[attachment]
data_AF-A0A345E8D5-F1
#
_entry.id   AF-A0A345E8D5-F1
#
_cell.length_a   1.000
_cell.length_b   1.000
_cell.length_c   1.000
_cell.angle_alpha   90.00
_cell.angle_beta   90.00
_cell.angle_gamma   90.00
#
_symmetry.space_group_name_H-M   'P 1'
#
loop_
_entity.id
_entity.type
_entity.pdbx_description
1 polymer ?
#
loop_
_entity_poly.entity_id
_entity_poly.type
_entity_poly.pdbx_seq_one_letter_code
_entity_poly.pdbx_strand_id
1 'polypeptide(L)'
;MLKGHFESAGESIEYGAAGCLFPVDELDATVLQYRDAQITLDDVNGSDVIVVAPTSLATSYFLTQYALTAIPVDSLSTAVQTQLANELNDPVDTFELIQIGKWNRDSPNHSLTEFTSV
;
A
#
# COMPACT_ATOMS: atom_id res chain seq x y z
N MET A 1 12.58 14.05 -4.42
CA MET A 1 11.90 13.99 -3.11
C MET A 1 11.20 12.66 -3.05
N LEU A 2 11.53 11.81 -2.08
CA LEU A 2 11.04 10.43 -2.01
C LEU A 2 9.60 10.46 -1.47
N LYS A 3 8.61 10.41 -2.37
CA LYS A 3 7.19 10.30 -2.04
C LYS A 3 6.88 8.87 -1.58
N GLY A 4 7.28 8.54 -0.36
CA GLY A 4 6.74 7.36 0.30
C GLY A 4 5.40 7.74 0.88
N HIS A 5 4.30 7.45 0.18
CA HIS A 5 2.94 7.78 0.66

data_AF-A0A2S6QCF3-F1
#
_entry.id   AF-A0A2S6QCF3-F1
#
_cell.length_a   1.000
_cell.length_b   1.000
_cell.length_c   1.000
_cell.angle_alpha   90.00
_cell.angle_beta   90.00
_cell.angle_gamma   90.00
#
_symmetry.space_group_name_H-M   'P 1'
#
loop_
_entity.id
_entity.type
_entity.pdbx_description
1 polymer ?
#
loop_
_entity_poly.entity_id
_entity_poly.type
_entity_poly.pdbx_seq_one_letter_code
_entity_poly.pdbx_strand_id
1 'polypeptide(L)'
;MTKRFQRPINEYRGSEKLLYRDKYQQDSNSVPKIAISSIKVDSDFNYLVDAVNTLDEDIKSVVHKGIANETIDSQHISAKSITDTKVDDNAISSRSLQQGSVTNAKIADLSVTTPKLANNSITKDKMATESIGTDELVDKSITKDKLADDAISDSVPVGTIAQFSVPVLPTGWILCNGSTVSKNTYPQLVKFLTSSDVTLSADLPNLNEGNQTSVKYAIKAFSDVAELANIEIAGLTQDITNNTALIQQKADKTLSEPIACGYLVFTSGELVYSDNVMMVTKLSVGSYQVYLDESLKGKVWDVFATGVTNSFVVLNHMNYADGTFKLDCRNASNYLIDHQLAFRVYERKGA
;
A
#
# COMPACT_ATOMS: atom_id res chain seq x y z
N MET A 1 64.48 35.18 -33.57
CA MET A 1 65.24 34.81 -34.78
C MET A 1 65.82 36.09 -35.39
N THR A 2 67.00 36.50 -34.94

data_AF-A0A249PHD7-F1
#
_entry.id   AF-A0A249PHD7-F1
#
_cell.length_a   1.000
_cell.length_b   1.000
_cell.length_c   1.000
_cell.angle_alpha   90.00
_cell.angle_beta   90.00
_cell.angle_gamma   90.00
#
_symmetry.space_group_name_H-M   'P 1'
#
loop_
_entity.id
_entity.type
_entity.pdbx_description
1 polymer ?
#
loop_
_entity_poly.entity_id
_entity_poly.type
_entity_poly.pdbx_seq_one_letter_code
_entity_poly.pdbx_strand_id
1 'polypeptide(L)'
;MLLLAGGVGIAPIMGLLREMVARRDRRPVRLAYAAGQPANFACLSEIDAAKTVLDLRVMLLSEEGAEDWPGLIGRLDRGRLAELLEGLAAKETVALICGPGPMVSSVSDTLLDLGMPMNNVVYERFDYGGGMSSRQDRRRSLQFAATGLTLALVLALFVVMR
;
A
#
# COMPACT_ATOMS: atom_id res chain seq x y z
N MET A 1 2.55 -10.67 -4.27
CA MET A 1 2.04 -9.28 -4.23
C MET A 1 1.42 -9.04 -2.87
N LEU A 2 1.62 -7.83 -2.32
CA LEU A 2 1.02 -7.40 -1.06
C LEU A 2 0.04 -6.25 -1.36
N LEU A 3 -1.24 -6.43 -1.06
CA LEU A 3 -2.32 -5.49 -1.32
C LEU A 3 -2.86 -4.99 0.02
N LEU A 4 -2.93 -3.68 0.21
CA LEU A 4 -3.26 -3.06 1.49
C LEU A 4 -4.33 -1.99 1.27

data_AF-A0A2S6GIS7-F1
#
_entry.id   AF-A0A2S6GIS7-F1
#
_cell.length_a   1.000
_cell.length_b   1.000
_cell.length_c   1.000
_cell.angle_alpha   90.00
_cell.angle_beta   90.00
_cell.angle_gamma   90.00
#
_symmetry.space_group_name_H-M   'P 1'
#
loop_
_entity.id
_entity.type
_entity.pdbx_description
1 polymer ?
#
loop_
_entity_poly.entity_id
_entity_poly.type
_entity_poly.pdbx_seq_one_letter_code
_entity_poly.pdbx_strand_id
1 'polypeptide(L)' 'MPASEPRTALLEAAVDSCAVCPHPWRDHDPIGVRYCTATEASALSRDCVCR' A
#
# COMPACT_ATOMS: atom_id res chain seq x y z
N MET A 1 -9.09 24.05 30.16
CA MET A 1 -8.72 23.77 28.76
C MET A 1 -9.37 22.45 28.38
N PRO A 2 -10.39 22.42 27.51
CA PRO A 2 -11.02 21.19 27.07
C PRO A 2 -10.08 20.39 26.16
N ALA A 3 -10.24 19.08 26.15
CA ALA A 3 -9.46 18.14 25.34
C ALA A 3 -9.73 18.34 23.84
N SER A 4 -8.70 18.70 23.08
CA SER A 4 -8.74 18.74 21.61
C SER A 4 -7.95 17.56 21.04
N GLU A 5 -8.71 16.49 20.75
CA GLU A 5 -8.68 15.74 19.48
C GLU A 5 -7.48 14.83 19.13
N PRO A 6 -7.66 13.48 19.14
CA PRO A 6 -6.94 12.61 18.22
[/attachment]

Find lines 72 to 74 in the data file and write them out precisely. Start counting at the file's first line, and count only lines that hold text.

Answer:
A
#
# COMPACT_ATOMS: atom_id res chain seq x y z